The 20-year-old, who does not wish to be named, was one of two subcontractors working for Hamilton Tarmac alongside a council crew to undertake repairs on a minor road between the villages of Rhonehouse and Tongland.
Dumfries Sheriff Court heard last week that on 27 April 2010 the injured worker was driving the paver forwards along the road followed by a reversing tipper lorry driven by a council employee. From his position in the cab of the tipper lorry, the reversing driver could not see the carriageway behind the lorry where the paver was positioned.
As the paver reached the low point of a dip in the road and started to climb the incline, its speed was reduced. The Hamilton Tarmac employee noticed the tipper lorry was gaining on his slower moving vehicle but before he could sound his horn to alert the tipper lorry driver to his presence it struck the paver.
The lorry struck the operator safety rail to the rear of the paver, buckling it and moving it forward over the platform on which the subcontractor had been standing, trapping him between the rail and a control panel.
As the vehicles collided the subcontractor sounded the horn of the paver alerting the tipper driver who applied the brakes of his vehicle. Unfortunately in his panic in attempting to move the tipper forward to disengage it from the paver he damaged the prop shaft of his vehicle thus rendering it immobile.
This prevented the subcontractor being extracted, trapping him on his vehicle and in considerable pain until a fire appliance arrived to pull the tipper lorry free.
The injured worker suffered fractures to his pelvis and spine, bruising to a kidney, internal bleeding and nerve damage. He underwent surgery to repair the fractures to his pelvis with two screws and still suffers from lower back pain. He returned to work 15 months after the incident where he remains on light duties.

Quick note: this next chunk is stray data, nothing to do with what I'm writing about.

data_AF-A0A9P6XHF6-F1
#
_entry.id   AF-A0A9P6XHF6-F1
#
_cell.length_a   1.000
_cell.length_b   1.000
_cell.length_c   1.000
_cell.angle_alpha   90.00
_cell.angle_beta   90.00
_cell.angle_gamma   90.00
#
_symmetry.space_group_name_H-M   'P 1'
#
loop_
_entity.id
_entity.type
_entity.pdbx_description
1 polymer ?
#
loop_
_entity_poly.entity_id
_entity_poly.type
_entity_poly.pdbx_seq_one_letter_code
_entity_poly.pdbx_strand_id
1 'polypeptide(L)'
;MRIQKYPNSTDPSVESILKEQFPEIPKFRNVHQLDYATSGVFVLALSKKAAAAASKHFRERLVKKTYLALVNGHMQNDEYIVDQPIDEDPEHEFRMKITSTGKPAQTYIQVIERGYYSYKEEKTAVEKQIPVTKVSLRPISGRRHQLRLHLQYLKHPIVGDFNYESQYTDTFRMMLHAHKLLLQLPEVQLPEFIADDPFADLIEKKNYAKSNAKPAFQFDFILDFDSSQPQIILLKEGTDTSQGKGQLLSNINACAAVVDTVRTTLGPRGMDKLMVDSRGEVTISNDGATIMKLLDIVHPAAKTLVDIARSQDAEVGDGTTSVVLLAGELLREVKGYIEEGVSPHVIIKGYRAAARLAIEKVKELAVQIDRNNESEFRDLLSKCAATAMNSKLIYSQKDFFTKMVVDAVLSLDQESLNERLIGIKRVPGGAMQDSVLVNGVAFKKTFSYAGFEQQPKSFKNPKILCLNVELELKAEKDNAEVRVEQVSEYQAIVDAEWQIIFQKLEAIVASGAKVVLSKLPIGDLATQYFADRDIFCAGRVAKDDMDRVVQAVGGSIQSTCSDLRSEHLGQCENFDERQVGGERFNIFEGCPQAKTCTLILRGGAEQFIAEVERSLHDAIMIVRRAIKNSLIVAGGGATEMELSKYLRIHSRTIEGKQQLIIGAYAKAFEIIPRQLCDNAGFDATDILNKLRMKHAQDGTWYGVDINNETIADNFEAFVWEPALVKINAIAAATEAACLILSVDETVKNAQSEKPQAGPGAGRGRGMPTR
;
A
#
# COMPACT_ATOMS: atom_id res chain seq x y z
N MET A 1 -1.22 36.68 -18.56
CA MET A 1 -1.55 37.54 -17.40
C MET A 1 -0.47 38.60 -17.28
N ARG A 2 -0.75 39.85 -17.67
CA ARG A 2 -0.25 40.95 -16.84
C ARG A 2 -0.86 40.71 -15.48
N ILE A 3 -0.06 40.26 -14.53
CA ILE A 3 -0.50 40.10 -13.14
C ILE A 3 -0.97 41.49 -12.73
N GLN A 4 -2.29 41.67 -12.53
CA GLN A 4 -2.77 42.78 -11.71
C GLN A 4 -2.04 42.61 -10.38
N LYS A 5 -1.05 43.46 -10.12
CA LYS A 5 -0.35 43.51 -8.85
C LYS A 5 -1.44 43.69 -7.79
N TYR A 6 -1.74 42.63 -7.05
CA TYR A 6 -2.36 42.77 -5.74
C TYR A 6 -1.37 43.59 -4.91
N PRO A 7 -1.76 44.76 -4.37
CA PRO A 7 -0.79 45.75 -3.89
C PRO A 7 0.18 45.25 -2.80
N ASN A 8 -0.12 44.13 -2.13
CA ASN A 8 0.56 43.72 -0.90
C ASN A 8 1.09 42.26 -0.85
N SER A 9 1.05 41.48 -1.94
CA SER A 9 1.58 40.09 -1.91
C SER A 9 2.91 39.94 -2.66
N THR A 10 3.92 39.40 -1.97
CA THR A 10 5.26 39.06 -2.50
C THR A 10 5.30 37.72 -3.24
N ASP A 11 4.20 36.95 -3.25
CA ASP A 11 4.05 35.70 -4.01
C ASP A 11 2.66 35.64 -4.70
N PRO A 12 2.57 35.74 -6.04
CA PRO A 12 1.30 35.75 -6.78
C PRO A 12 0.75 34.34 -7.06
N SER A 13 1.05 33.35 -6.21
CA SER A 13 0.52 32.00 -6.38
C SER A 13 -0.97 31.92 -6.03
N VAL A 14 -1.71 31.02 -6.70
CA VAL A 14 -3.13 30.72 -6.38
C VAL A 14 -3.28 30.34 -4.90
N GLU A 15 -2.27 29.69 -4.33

Following the incident, an investigation by the Health & Safety Executive (HSE) found that there was a risk caused by the tipper lorry reversing a considerable distance along a very narrow road with limited visibility. Inspectors also found the tipper lorry wasn't fitted with adequate reversing aids such as cameras.
The investigation also found that a risk assessment by the council picked up on both these issues and while it identified the need for reversing cameras and audible alarms, most of the vehicles in the fleet did not have cameras installed.
Dumfries & Galloway Council, of English Street, Dumfries was fined £40,000 after pleading guilty to a breach of Section 3(1) of the Health and Safety At Work etc Act 1974.
After sentencing, HSE inspector Isabelle Martin said: "This incident was foreseeable and could easily have been prevented. Dumfries & Galloway Council had identified the risks involved in reversing vehicles and, through risk assessment, had identified the need to fit cameras to the rear of vehicles that would improve the drivers' visibility.
"It is disappointing that they failed to implement the findings of their risk assessment. Additionally, they failed to ensure that reversing manoeuvres were eliminated where reasonably practicable when repairing minor roads."